Explaining Karva Chauth - An Amateurish Take

Today is Karva Chauth and in our attempt to keep  Driti aware of all things Indian, I tried explaining the meaning of the festival and why we do it. 

But, my timing was bad (I realized it was Karva Chauth today in the morning, thanks to m-i-l's phone call), so all the discussion happened in the car. 

It's basically from the fear that if I do not share the significance of our rituals and culture at the appropriate time, she'll be left with no sense of identity or connection with her home land. On the other hand, I wasn't sure I was fully prepared to have the discussion with her, because of the spate of follow up questions that would follow. If you don't do your homework, you'll always get into trouble.

So, here's what I tried with her : 

Me:  "Driti, today is Karva Chauth, it is a special festival when husbands pray for  the well being of wives and wives pray for husbands" 
D:    "What about children?"
Me:  "And children pray for their parents"
D:    "What about the children's friends?"
Me:  "The children can pray for whoever they want"
D:     "Ok, I want to pray for my friends" and as an after thought "and my parents"
Me:   "Great. So usually, the wife and the husband do not eat for the..." I bit my tongue. This is not what I want her to take away.
D:    "Then why do I have to eat? I am not going to eat" she said dropping her sandwich.
Me:   "No Driti, we eat. We just don't eat chicken"
Ady:  "Tread carefully. I don't want her to stop eating chicken"
D:     "But why only chicken?"
Me:  "Well, you can eat whatever you want, because you're like Krishna. All children are like Gods. So they can eat whatever they want. Remember the little naughty Krishna"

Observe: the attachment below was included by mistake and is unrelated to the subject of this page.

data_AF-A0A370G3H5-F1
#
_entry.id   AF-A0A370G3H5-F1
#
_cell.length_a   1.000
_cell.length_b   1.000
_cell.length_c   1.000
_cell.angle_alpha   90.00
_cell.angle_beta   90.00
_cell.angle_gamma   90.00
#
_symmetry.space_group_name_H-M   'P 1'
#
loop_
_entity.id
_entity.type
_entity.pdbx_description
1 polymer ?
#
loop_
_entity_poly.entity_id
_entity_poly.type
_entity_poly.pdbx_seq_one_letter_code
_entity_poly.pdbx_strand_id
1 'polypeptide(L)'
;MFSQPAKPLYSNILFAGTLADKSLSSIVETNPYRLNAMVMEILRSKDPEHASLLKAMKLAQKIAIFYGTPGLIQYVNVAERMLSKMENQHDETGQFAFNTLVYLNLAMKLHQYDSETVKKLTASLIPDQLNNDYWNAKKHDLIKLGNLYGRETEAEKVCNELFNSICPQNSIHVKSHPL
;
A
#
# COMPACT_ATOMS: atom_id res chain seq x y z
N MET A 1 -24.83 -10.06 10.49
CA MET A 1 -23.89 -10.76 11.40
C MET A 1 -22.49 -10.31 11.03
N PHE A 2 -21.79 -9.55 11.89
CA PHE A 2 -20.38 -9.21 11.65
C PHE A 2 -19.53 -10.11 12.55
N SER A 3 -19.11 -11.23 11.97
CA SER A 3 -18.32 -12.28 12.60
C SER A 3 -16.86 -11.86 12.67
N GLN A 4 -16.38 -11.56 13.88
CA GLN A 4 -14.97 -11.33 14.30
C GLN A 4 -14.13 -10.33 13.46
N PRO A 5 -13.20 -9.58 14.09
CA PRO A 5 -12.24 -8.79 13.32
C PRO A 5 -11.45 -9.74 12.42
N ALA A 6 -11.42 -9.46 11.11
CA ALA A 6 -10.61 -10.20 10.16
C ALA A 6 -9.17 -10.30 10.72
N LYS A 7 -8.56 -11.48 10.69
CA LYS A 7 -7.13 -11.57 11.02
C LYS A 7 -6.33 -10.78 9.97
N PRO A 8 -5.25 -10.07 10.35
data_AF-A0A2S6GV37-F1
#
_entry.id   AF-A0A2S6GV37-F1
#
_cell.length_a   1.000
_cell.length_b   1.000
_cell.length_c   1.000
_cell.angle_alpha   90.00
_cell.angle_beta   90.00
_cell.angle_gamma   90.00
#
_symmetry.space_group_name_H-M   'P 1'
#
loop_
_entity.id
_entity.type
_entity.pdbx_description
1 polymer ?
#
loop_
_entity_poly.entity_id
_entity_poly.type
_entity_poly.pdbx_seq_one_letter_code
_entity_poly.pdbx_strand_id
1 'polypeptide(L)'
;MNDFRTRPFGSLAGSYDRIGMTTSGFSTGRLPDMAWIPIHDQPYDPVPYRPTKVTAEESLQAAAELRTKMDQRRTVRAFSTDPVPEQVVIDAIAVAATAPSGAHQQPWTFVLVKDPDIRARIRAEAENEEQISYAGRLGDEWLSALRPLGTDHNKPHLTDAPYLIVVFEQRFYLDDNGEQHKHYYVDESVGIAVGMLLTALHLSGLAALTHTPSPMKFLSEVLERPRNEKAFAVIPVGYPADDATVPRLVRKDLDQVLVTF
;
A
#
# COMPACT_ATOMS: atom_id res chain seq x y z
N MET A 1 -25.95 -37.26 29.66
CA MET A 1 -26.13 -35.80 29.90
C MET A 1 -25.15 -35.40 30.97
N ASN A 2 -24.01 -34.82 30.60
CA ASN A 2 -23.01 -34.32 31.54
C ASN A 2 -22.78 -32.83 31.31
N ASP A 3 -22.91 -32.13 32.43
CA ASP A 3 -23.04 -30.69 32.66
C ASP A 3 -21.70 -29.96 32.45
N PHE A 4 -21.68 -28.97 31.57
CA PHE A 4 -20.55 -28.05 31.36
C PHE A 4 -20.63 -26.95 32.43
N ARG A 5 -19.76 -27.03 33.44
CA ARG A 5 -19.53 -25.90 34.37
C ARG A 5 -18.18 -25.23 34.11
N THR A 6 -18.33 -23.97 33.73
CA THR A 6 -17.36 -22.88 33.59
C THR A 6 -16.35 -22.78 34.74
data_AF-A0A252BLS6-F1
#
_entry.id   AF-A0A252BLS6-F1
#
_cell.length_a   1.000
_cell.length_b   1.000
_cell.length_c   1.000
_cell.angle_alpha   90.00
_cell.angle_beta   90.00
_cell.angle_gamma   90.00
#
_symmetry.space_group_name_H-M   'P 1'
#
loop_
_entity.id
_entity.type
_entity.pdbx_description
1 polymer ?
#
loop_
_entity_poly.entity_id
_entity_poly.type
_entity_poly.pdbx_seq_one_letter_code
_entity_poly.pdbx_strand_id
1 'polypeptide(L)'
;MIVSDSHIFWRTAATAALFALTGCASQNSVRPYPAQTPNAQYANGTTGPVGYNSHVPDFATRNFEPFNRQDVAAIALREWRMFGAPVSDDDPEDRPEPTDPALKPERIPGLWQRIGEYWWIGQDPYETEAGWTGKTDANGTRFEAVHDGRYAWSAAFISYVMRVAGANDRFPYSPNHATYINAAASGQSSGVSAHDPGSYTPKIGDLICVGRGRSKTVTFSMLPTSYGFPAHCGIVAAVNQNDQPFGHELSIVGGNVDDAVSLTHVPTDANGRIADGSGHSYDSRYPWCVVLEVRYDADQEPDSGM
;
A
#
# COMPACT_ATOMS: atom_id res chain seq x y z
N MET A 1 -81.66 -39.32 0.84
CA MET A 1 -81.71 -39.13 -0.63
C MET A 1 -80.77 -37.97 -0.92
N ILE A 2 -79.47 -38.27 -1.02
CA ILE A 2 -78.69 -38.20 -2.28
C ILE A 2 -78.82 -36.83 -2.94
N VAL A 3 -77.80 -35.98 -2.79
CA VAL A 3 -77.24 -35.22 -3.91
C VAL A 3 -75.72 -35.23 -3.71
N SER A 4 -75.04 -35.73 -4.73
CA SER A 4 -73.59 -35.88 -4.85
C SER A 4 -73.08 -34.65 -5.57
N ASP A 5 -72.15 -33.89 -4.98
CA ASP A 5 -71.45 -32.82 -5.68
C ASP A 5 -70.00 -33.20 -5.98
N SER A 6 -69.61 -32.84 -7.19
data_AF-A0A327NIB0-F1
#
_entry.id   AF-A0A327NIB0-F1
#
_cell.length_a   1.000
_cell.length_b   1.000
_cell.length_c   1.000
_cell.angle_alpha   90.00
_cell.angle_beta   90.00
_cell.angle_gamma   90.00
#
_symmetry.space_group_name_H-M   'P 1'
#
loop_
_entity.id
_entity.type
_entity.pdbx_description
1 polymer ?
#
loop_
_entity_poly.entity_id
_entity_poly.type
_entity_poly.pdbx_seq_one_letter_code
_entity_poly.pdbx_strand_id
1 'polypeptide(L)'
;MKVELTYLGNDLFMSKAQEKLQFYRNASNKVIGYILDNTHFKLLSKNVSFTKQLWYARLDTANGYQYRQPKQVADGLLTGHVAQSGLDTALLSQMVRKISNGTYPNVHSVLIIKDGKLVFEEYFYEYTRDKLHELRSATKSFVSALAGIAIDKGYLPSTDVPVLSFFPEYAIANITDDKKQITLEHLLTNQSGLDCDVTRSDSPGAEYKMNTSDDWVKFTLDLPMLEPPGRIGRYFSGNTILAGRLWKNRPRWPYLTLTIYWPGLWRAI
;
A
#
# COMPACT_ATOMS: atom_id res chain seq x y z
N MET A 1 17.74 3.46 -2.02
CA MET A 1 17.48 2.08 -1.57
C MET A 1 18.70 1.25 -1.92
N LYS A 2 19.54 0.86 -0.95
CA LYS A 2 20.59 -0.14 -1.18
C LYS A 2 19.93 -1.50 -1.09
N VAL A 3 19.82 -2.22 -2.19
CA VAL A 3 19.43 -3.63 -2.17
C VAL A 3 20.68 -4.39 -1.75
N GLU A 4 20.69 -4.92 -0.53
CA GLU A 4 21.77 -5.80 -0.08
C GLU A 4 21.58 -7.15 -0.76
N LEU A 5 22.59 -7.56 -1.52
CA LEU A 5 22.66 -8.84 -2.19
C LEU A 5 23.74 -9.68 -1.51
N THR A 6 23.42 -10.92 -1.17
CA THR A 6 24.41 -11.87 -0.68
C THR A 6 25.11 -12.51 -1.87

D:    "Then if I am God, why should I pray to God?"

Yes. I should've accepted defeat at this point. 

Me:   "You are like God, baby. And so you pray for other people, not just yourself"
D:   "Why?"

I was now free falling into a bottomless pit. Need to change the strategy - and now!

Me:  "And you know what we do in the evening, when we're praying?" I changed the topic.
D:    "What?"
Me:  "We dress up. Girls wear beautiful clothes and bangles and jewelry and pray.."
D:    "And papa?"
Me:  "Papa will wear pant shirt or salwar suit." I was able to successfully divert the topic.
D:     "Poor boys, they can only wear pant shirt or salwar suit"
Ady : "Tread carefully......" 

 I bit my tongue. I knew what was coming and I couldn't do anything about it, well not now anyway...

D:     "Then why do you make me wear pants? I am not going to wear pants anymore..."

"School Driti! School! Yay! We've reached school, wonderful school! Let's see how many steps till we reach the door" 

"Yay, Mamma!"

Time for me to read up about Karva Chauth, Gods and clothing - My homework.


  1. I can hear the conversation, and in actually read all of it out loud. I applaud your responsible take on raising your daughter with awareness of her heritage, and the way you record the effect this has on your own learning ;-)


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